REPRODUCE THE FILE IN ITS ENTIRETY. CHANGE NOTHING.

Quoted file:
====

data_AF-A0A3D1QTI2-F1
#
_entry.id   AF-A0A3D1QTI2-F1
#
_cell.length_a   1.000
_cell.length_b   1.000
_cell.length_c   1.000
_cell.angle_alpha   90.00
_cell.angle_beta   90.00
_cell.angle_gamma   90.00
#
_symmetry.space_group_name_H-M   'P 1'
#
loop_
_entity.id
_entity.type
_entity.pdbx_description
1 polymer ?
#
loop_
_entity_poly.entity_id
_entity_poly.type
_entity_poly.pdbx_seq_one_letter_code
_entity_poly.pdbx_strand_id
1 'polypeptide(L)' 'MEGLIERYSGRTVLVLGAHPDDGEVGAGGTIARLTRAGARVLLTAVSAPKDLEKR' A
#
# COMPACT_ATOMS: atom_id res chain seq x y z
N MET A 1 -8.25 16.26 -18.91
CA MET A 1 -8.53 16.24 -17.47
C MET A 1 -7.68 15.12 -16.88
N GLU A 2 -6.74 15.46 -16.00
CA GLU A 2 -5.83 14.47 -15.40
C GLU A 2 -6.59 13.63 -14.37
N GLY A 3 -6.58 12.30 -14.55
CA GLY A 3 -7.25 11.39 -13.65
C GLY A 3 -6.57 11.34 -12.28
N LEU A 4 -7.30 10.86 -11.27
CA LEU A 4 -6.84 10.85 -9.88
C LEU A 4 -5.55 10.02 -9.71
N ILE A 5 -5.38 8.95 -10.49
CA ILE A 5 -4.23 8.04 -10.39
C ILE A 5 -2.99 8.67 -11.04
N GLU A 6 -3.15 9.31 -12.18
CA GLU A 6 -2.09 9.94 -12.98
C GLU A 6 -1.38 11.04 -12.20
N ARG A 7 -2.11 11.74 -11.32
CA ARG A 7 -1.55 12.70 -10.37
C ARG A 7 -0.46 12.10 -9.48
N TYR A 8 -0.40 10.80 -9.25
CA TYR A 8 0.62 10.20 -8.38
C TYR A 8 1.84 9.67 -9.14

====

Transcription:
data_AF-A0A3D1QTI2-F1
#
_entry.id   AF-A0A3D1QTI2-F1
#
_cell.length_a   1.000
_cell.length_b   1.000
_cell.length_c   1.000
_cell.angle_alpha   90.00
_cell.angle_beta   90.00
_cell.angle_gamma   90.00
#
_symmetry.space_group_name_H-M   'P 1'
#
loop_
_entity.id
_entity.type
_entity.pdbx_description
1 polymer ?
#
loop_
_entity_poly.entity_id
_entity_poly.type
_entity_poly.pdbx_seq_one_letter_code
_entity_poly.pdbx_strand_id
1 'polypeptide(L)' 'MEGLIERYSGRTVLVLGAHPDDGEVGAGGTIARLTRAGARVLLTAVSAPKDLEKR' A
#
# COMPACT_ATOMS: atom_id res chain seq x y z
N MET A 1 -8.25 16.26 -18.91
CA MET A 1 -8.53 16.24 -17.47
C MET A 1 -7.68 15.12 -16.88
N GLU A 2 -6.74 15.46 -16.00
CA GLU A 2 -5.83 14.47 -15.40
C GLU A 2 -6.59 13.63 -14.37
N GLY A 3 -6.58 12.30 -14.55
CA GLY A 3 -7.25 11.39 -13.65
C GLY A 3 -6.57 11.34 -12.28
N LEU A 4 -7.30 10.86 -11.27
CA LEU A 4 -6.84 10.85 -9.88
C LEU A 4 -5.55 10.02 -9.71
N ILE A 5 -5.38 8.95 -10.49
CA ILE A 5 -4.23 8.04 -10.39
C ILE A 5 -2.99 8.67 -11.04
N GLU A 6 -3.15 9.31 -12.18
CA GLU A 6 -2.09 9.94 -12.98
C GLU A 6 -1.38 11.04 -12.20
N ARG A 7 -2.11 11.74 -11.32
CA ARG A 7 -1.55 12.70 -10.37
C ARG A 7 -0.46 12.10 -9.48
N TYR A 8 -0.40 10.80 -9.25
CA TYR A 8 0.62 10.20 -8.38
C TYR A 8 1.84 9.67 -9.14